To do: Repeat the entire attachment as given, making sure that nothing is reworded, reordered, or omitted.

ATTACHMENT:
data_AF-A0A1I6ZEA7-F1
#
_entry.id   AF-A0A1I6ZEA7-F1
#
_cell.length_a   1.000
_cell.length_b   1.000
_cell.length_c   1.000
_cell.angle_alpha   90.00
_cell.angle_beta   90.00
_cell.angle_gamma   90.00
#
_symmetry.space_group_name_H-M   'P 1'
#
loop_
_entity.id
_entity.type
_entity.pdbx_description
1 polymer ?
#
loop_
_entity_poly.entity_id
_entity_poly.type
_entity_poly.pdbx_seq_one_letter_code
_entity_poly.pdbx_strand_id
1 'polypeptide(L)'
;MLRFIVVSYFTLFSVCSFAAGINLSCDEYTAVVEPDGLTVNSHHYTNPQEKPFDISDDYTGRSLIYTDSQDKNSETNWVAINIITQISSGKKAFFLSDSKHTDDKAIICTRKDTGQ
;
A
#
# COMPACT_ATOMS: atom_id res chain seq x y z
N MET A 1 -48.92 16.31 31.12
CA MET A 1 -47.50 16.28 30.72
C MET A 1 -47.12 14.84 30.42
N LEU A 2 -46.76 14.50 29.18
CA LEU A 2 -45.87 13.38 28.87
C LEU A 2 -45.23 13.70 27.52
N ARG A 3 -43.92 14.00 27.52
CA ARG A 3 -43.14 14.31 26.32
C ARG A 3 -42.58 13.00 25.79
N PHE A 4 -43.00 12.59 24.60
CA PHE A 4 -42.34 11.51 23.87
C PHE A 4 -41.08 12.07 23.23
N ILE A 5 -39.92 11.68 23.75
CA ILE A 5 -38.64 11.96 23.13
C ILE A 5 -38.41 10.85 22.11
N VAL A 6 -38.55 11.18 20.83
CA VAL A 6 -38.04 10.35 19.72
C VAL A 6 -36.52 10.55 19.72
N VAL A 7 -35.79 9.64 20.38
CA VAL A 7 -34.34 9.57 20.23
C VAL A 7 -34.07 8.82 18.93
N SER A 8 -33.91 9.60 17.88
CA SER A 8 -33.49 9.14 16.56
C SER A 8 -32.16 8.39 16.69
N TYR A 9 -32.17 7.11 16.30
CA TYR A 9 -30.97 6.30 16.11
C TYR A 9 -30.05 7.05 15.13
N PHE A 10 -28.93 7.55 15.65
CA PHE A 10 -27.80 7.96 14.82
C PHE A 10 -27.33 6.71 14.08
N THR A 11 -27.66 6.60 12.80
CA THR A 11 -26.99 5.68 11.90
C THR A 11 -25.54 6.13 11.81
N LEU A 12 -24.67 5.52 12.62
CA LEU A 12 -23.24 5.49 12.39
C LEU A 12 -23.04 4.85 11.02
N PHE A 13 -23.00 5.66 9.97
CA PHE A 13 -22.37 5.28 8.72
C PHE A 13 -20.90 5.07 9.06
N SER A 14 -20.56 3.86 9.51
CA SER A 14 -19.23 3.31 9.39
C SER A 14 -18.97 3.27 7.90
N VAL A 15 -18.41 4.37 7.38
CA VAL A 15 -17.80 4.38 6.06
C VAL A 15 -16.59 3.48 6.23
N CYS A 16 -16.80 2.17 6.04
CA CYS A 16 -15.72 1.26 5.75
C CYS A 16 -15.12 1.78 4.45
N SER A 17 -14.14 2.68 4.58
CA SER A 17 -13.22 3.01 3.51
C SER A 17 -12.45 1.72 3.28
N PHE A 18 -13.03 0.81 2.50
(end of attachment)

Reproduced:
data_AF-A0A1I6ZEA7-F1
#
_entry.id   AF-A0A1I6ZEA7-F1
#
_cell.length_a   1.000
_cell.length_b   1.000
_cell.length_c   1.000
_cell.angle_alpha   90.00
_cell.angle_beta   90.00
_cell.angle_gamma   90.00
#
_symmetry.space_group_name_H-M   'P 1'
#
loop_
_entity.id
_entity.type
_entity.pdbx_description
1 polymer ?
#
loop_
_entity_poly.entity_id
_entity_poly.type
_entity_poly.pdbx_seq_one_letter_code
_entity_poly.pdbx_strand_id
1 'polypeptide(L)'
;MLRFIVVSYFTLFSVCSFAAGINLSCDEYTAVVEPDGLTVNSHHYTNPQEKPFDISDDYTGRSLIYTDSQDKNSETNWVAINIITQISSGKKAFFLSDSKHTDDKAIICTRKDTGQ
;
A
#
# COMPACT_ATOMS: atom_id res chain seq x y z
N MET A 1 -48.92 16.31 31.12
CA MET A 1 -47.50 16.28 30.72
C MET A 1 -47.12 14.84 30.42
N LEU A 2 -46.76 14.50 29.18
CA LEU A 2 -45.87 13.38 28.87
C LEU A 2 -45.23 13.70 27.52
N ARG A 3 -43.92 14.00 27.52
CA ARG A 3 -43.14 14.31 26.32
C ARG A 3 -42.58 13.00 25.79
N PHE A 4 -43.00 12.59 24.60
CA PHE A 4 -42.34 11.51 23.87
C PHE A 4 -41.08 12.07 23.23
N ILE A 5 -39.92 11.68 23.75
CA ILE A 5 -38.64 11.96 23.13
C ILE A 5 -38.41 10.85 22.11
N VAL A 6 -38.55 11.18 20.83
CA VAL A 6 -38.04 10.35 19.72
C VAL A 6 -36.52 10.55 19.72
N VAL A 7 -35.79 9.64 20.38
CA VAL A 7 -34.34 9.57 20.23
C VAL A 7 -34.07 8.82 18.93
N SER A 8 -33.91 9.60 17.88
CA SER A 8 -33.49 9.14 16.56
C SER A 8 -32.16 8.39 16.69
N TYR A 9 -32.17 7.11 16.30
CA TYR A 9 -30.97 6.30 16.11
C TYR A 9 -30.05 7.05 15.13
N PHE A 10 -28.93 7.55 15.65
CA PHE A 10 -27.80 7.96 14.82
C PHE A 10 -27.33 6.71 14.08
N THR A 11 -27.66 6.60 12.80
CA THR A 11 -26.99 5.68 11.90
C THR A 11 -25.54 6.13 11.81
N LEU A 12 -24.67 5.52 12.62
CA LEU A 12 -23.24 5.49 12.39
C LEU A 12 -23.04 4.85 11.02
N PHE A 13 -23.00 5.66 9.97
CA PHE A 13 -22.37 5.28 8.72
C PHE A 13 -20.90 5.07 9.06
N SER A 14 -20.56 3.86 9.51
CA SER A 14 -19.23 3.31 9.39
C SER A 14 -18.97 3.27 7.90
N VAL A 15 -18.41 4.37 7.38
CA VAL A 15 -17.80 4.38 6.06
C VAL A 15 -16.59 3.48 6.23
N CYS A 16 -16.80 2.17 6.04
CA CYS A 16 -15.72 1.26 5.75
C CYS A 16 -15.12 1.78 4.45
N SER A 17 -14.14 2.68 4.58
CA SER A 17 -13.22 3.01 3.51
C SER A 17 -12.45 1.72 3.28
N PHE A 18 -13.03 0.81 2.50